Medication errors are common at the prescription stage of a patient’s treatment and occur throughout the medication system. It can occur when:
- Prescribing a drug
- Upon keying a patient’s information in the computer system
- Preparing the drug
- Dispensing the drug
- Giving the drug to the patient
- The drug is being taken by the patient
Medication errors can have adverse effects, which may include:
- Life-threatening health conditions
- Hospitalization of the patient under treatment
- Life-long disability
- Temporary disability
- Birth defects in newborn babies
Possible Causes of Medication Errors
- Getting distracted while attending to patients
Physicians have several duties that demand their attention while in the hospital. They are expected to examine patients, order laboratory tests, study images received, speak to consultants, make rounds to review their patients, speak to patients, and the family members, among other duties.
It is possible that medication error in NJ can also happen even to the finest physician in practice. Amidst all these demands, they are requested to prescribe drugs and make orders for a client. A lapse of judgment can develop, and a medication error occurs.
Unscheduled events such as attending a meeting, answering a phone call can disrupt a physician’s attention while writing a client’s medication. Consequently, healthcare givers are advised to order at a specific time after making rounds to the patients. This minimizes the occurrence of making medication errors.
As the physician is making patients’ daily reports, other clinicians are urged not to disturb the doctor. This further enhances concentration and reduces the chances of medication errors.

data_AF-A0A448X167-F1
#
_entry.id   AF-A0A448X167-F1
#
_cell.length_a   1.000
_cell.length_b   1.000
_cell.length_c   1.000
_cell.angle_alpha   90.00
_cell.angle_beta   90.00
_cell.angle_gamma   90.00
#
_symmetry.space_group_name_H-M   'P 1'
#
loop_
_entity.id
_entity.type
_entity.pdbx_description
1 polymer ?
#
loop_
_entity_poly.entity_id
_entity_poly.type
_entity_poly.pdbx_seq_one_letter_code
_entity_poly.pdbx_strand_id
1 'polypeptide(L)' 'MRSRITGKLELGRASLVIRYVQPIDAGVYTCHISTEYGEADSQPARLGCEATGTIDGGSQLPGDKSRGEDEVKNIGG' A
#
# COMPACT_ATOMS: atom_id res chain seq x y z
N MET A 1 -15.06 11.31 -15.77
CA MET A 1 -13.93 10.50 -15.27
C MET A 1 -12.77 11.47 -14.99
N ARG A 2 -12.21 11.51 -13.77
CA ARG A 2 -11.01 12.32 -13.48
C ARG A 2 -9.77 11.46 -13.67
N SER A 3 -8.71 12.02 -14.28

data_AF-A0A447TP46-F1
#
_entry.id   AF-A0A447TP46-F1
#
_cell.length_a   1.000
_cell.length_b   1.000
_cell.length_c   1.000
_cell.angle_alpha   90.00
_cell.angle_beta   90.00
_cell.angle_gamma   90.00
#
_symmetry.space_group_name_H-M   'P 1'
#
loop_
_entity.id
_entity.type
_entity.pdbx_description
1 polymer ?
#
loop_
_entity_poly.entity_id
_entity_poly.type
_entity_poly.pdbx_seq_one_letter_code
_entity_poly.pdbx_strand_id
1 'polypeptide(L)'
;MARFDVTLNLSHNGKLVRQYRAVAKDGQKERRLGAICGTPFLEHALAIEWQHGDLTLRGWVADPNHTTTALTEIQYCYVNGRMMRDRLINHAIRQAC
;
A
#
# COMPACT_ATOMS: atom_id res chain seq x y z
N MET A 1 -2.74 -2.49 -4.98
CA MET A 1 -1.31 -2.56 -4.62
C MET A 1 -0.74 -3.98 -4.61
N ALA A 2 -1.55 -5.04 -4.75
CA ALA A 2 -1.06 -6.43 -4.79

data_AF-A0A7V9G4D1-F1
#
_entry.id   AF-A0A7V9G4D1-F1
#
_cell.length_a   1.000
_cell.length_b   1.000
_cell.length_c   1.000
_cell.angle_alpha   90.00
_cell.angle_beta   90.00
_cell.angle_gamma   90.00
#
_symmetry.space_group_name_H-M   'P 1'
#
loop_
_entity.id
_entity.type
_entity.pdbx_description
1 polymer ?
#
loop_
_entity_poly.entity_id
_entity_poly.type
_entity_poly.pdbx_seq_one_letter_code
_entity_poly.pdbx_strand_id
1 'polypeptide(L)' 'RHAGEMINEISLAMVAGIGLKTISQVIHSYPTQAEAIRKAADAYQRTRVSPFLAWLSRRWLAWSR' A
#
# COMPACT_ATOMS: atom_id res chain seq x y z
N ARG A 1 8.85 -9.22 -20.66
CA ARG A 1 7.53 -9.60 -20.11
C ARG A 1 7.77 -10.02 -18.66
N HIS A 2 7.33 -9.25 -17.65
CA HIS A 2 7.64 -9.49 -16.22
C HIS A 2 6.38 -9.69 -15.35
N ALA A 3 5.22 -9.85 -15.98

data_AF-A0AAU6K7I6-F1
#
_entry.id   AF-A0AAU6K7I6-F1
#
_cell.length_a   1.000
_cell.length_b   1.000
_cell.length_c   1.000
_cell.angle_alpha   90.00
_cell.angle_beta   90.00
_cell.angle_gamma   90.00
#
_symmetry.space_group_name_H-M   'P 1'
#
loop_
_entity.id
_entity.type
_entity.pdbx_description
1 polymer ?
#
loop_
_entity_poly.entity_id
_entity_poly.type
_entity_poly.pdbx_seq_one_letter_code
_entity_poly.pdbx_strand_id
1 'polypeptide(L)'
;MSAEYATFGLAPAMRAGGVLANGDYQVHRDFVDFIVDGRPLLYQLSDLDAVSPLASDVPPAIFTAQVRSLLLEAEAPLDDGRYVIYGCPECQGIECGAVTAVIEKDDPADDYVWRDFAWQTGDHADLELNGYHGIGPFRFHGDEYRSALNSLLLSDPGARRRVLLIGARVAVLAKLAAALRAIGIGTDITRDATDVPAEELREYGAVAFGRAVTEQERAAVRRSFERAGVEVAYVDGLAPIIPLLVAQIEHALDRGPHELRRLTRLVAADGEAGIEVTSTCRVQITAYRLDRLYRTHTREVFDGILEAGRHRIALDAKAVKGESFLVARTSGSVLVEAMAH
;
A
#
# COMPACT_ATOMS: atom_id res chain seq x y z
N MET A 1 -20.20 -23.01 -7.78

- Medication Distortions
A patient’s medication can be distorted by a physician’s poor handwriting, misinterpretation of symbols, using uncommon abbreviations of drugs, and incorrect translation.
If the healthcare professional is from a foreign country, it is common for them to write medical orders that are unavailable in that region. In such cases, the physician may ask the attending nurse or physician to issue a substitute medication for the prescribed drug. This may lead to a medication error.
Physicians are advised to adhere to the list of medications used in their formulary and know what is available in their hospital facility.
- Illegibility of the physician’s handwriting
For decades doctors have been akin to poor handwriting. Owing to their busy schedules, physicians often scribble down medication orders in illegible handwriting: the nurses and pharmacists are left to make the best guess of the doctor’s medication. This easily results in medication errors.
Hospitals have set rules that all drug orders must be legible, and if not the pharmacist can request the physician to rewrite the order. The challenge has also been resolved using computers to write all medical records, notes and prescriptions have to be done electronically.
Physicians are advised to take precautionary measures to reduce medication errors.